As a child, I recall stories from my grandparents of how things were when they were my age. To them, not having an electric home was simply the way it was – a far cry from how most of us feel when our lights go out today. As bad as the April storms were in our area, I almost feel fortunate to have had the opportunity to experience life, even if for only several hours at a time, without our modern comforts and conveniences. While the first 24 hours or so were a mental struggle for me, adapting to a completely dark house at night, no coffee in the morning and many other luxuries that I simply take for granted, proved to be a lesson in life. Simply put, we made it. We adapted to our new unknown environment and did whatever was necessary to see another day. Sure I would have preferred to sit in front of my television and watch the NFL Draft, but the lessons learned and knowledge gained from having to do without has made me, and I’m sure many of you, better and stronger people looking ahead.
Originally published in The Clarion | June 15, 2011
In keeping up with current Internet-related technologies, one of the more interesting subjects to me is Web browser usage statistics. I have written previously about alternatives to Microsoft’s Internet Explorer at which time I mentioned that I have not personally used IE on a daily basis in several years. This, of course, is driven by the fact that I do not use a Windows operating system in my daily computing – but the point was also made that even for those of you who do, there are most definitely alternatives that should be considered when choosing a Web browser.
Several online articles have just surfaced that show the continuing decline in the use of Internet Explorer from Microsoft. There are several reasons for this decline, some of which we will consider today. One of the more prevalent reasons for IE’s decline is one that may not initially come to mind. Over the last few years, devices that I like to refer to as gadgets have swamped the technology marketplace. From tablet devices like Apple’s iPad to smartphones including the Android platform from Google, more and more people are allowing their home PC’s to sit in the corner collecting dust. While such devices are most definitely not for everyone in every environment, from an entertainment perspective I can easily see where gadgets like these and many more would be the go-to device for information on the Web.
Another more obvious reason for IE’s decline in the marketplace are the other browsers available for download and use. Both Mozilla’s Firefox and Chrome from Google are fully-functional, speedy and best of all, free Web browsers that are supported on most all operating systems. Over the last several months, it has been interesting to see not only IE’s market share decline, but Firefox as well. Google Chrome has really made an impact in the browser arena and for good reason. It runs exceptionally well, browsing seems speedier than the alternatives and from my perspective graphics are much cleaner as well.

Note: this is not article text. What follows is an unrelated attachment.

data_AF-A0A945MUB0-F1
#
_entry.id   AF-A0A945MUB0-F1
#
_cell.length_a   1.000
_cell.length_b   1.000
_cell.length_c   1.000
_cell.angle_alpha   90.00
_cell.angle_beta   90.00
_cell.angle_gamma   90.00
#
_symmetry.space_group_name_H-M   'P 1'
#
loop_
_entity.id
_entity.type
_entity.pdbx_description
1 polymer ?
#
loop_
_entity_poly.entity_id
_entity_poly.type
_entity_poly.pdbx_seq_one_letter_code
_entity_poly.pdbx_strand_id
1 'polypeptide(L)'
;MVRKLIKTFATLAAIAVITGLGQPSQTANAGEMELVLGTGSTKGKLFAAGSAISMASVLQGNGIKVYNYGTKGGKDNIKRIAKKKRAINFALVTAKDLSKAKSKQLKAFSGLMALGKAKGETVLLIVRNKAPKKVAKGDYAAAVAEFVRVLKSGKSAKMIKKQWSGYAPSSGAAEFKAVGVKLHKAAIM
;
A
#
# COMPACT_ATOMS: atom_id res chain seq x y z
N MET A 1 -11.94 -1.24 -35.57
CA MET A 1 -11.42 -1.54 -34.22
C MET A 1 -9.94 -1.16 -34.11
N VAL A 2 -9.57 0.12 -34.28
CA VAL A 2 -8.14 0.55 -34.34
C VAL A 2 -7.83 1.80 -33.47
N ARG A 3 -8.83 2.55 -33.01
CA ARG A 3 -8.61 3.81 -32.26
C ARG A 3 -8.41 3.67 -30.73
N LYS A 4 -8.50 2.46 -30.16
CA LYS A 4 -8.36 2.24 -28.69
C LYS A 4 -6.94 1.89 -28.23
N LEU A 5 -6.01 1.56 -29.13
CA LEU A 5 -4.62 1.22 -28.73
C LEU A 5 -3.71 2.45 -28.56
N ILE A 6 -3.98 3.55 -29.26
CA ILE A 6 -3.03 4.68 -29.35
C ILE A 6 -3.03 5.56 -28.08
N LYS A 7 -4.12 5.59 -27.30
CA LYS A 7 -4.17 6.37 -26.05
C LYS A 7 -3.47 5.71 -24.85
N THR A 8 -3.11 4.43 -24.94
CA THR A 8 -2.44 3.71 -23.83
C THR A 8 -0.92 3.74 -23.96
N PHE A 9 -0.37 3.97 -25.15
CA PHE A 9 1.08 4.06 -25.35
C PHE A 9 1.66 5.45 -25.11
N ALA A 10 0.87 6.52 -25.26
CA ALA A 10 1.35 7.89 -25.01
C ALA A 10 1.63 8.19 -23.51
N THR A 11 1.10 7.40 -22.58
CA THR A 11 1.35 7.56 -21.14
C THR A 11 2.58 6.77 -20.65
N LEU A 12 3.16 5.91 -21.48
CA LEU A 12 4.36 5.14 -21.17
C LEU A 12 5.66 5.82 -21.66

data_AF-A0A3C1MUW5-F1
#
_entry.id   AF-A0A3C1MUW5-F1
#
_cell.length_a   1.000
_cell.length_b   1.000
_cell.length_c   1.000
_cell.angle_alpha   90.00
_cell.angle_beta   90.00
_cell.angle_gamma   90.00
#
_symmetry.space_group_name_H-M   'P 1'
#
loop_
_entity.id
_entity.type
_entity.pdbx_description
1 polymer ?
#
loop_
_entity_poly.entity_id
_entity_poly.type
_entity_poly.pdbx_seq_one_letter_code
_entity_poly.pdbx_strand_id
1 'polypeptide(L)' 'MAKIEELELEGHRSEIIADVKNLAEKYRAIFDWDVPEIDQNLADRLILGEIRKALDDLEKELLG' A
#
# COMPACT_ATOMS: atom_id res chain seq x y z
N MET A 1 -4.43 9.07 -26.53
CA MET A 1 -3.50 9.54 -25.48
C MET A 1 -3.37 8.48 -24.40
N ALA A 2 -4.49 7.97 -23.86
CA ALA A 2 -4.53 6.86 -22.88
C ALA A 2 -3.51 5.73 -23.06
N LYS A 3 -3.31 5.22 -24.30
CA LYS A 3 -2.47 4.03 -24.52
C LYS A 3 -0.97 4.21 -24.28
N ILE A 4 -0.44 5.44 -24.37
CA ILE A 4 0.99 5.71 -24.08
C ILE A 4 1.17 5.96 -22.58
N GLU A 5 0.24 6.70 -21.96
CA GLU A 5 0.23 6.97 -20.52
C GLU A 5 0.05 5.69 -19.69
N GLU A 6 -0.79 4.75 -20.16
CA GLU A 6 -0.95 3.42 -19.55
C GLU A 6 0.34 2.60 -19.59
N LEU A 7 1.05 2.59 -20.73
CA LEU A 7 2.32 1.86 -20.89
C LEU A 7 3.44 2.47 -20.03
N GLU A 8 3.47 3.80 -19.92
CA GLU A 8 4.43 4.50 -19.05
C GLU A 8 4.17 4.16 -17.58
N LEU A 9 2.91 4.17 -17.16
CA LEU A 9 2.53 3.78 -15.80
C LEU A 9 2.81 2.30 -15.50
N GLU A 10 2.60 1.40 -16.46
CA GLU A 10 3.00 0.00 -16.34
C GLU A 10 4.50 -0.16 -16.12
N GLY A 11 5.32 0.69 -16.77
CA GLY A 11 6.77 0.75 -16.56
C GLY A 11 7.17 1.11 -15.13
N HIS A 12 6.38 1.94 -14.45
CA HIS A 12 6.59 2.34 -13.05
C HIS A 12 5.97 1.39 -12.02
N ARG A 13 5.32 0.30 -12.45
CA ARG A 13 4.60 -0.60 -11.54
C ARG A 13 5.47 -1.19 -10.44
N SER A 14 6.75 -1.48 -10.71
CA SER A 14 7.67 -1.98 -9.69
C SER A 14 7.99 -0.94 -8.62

With all of this considered, the question must be asked – what impact will Internet Explorer’s decline have on the world of technology? Currently holding at just over 55% market share, it will not be long before Microsoft’s Internet Explorer dips below the 50% mark for the first time essentially since its introduction. With market share comes leverage – and Microsoft is likely to lose some of the leverage it has had over so many years in influencing stateside and global IT regulations and specifications. How do I feel about this? If you have read my articles or know me, you’ll know my reply is “It’s about time!”. Monopolies are not always bad – but sometimes the are horrific. It has been and will continue to be interesting to see how Microsoft both reacts to and prevails in the 21st Century, considering it is finally having to compete in arenas where it was essentially the only player for so many years.
Originally published in The Clarion | June 08, 2011
Our world is constantly changing at a never-before experienced pace. Looking back only ten or twenty years ago, things just seemed slower and more calm. The introduction of the Internet and Web into seemingly all aspects of our lives has greatly contributed to our faster lifestyles, and I’m not so sure it is for the better. With all of the good that comes with having the world at our fingertips, so comes an equal if not more dose of the bad. With Internet technologies, criminals no longer have to walk outside their houses to prey on the innocent. Friendships are created online that never would have been possible without this new means of connectivity. Take a moment and consider the people you have connections with online. I don’t mean your neighbors, co-workers and family – the other folks. Sure you have lots in common with them, but do you honestly think you know them as a person?